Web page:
I've always enjoyed gardening more in theory than fact. The planning and planting stages were always great fun, but the actual day-to-day maintenance of a plot or bed held no interest for me. I remember, at our house in Spring Grove, I begged my parents to let me have the care of one particular bed. It had wonderful potential, being tucked away in a shady corner behind the garage, and I dreamed of rows of hollyhocks, trellised clematis and sweet peas, coral bells and bleeding hearts, all old-fashioned loveliness. Then I discovered the snake hole. And the spiders. And the ants. So much for my dreams of peaceful, picturesque garden work. The outdoors are dangerous! (I should note that my aversion to a potentially snake-infested garden was kind of ridiculous, given that my friend Brit and I used to play with snakes, frogs, toads, and whatever else our neighbor April could dig out of a window-well. Go figure.)
For the most part, I've maintained that wimpy attitude toward outside work. I'm fine, until the bugs start crawling out of hiding. Ants, pill bugs, grubs, slugs, centipedes...all would send me running inside to shower and don a sundress. Nope, sorry, can't garden in a skirt. Wouldn't be ladylike.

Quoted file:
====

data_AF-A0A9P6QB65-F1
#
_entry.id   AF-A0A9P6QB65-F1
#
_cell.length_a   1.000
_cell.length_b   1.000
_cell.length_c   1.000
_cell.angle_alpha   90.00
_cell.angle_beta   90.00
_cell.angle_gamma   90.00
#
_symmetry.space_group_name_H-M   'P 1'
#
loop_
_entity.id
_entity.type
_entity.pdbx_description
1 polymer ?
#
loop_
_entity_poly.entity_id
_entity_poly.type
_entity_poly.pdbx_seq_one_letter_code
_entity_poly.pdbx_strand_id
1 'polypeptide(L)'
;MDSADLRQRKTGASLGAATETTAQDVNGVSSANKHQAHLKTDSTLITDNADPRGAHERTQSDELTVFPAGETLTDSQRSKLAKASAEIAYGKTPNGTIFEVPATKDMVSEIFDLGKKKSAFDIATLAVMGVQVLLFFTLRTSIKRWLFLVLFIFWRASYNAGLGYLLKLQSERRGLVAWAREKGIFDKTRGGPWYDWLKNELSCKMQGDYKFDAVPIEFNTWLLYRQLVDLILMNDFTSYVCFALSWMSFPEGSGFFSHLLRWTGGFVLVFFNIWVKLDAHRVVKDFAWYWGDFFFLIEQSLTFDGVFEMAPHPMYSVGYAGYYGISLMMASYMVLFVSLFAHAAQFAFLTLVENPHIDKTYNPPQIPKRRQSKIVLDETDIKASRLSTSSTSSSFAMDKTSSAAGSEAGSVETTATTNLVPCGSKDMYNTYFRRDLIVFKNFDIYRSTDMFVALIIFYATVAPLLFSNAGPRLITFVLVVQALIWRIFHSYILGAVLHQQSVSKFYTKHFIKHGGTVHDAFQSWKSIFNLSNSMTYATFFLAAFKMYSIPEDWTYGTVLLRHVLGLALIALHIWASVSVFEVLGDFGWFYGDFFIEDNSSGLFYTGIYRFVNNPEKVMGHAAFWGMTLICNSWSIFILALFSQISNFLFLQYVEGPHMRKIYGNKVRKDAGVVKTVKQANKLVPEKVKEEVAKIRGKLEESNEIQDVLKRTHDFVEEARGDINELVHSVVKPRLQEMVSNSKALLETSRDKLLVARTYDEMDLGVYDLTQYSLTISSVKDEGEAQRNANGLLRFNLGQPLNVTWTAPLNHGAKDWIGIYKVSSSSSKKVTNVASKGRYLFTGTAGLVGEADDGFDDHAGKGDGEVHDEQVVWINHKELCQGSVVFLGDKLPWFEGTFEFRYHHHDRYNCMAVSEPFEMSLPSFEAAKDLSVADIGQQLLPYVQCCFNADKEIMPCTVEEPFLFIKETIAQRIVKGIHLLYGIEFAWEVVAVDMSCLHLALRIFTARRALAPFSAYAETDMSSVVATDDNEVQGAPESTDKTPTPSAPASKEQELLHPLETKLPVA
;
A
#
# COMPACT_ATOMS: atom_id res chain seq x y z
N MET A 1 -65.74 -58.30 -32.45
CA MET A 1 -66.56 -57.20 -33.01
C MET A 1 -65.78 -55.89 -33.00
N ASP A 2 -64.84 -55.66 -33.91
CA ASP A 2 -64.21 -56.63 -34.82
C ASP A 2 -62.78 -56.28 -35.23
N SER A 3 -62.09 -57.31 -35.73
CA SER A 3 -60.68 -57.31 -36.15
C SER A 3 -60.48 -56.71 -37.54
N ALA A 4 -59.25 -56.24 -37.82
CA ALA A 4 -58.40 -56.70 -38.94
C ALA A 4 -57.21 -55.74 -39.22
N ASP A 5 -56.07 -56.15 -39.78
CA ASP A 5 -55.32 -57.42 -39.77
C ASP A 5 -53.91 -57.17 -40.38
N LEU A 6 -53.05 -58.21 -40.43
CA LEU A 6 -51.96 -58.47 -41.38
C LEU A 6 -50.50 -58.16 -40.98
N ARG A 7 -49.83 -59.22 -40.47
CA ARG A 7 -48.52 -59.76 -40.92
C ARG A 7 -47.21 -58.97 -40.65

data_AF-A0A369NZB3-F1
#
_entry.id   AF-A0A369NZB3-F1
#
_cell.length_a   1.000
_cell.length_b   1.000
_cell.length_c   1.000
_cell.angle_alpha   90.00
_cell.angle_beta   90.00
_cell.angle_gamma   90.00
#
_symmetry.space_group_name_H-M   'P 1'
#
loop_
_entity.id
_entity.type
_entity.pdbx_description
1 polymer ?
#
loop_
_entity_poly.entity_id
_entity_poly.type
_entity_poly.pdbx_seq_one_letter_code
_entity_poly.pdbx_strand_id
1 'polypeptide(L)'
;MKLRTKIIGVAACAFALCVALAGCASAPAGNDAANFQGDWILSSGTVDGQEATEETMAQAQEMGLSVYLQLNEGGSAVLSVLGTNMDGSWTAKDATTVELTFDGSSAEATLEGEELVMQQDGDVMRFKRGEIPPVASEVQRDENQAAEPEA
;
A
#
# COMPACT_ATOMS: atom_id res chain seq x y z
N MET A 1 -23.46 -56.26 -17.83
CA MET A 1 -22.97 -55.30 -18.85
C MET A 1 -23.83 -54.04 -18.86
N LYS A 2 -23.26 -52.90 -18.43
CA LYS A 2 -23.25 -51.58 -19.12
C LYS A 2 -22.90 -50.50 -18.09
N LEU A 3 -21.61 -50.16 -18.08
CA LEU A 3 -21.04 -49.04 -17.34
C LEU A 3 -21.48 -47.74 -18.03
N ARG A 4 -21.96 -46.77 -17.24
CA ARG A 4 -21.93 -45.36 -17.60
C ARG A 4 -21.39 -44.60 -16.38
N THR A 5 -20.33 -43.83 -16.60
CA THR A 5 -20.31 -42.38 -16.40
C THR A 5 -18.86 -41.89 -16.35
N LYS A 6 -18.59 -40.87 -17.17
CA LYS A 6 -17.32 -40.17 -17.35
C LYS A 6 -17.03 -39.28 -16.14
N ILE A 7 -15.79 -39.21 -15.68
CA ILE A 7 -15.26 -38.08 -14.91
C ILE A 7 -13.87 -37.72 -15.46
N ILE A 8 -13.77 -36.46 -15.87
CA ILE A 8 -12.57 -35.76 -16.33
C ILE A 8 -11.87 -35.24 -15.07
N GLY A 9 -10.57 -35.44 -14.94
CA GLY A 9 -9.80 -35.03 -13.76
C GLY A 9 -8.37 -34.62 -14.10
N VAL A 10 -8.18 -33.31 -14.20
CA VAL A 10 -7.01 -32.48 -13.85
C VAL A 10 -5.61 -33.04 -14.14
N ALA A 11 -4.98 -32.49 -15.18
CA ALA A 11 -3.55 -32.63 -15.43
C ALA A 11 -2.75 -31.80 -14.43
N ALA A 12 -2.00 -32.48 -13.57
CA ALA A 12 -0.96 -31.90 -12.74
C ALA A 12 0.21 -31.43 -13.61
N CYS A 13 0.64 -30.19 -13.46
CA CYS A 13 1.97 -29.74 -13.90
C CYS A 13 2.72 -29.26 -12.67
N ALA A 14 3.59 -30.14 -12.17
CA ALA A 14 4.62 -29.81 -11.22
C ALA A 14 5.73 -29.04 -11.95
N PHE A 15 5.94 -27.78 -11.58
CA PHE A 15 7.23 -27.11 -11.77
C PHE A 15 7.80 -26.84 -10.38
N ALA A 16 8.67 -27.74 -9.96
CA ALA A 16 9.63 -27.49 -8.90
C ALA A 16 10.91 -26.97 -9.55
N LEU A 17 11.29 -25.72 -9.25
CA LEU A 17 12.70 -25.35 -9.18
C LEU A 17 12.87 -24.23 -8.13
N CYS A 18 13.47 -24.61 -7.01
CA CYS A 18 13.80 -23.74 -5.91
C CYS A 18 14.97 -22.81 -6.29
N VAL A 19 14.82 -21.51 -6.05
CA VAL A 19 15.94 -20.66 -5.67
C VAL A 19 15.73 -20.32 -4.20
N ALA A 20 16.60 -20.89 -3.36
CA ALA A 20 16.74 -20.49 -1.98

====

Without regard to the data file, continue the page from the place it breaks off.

For some reason, it's different this year. Ants get brushed off and ignored. Slugs and grubs go the way of all flesh ('cause seriously, those things have to die). And spiders...well, they merit a screech and a momentary "you can do it, Bethany" pep-talk, but after that they either die (for the big ugly guys) or get flicked away (for the little ones). The pest dealt with, I go back to the important task at hand.
The timing for this abrupt change in attitude could not have been better. When I get home after a day in the office, I need sunshine and fresh air. I could take a book and sit outside, but a good deal of the time I simply don't have the brain power required to read anything more complex than InStyle magazine or Georgette Heyer. In addition, since I'm out of the house all day, I don't get to contribute much to the day-to-day work around here. If I can spend a bit of my evening clearing the weeds out of the garden and deadheading the flowers, it helps me feel a little less like a leech. This Summer, I need that time in the garden.
Although it would help if certain people would stop using and losing my gardening gloves. They say "ladies, size small" for a reason, guys.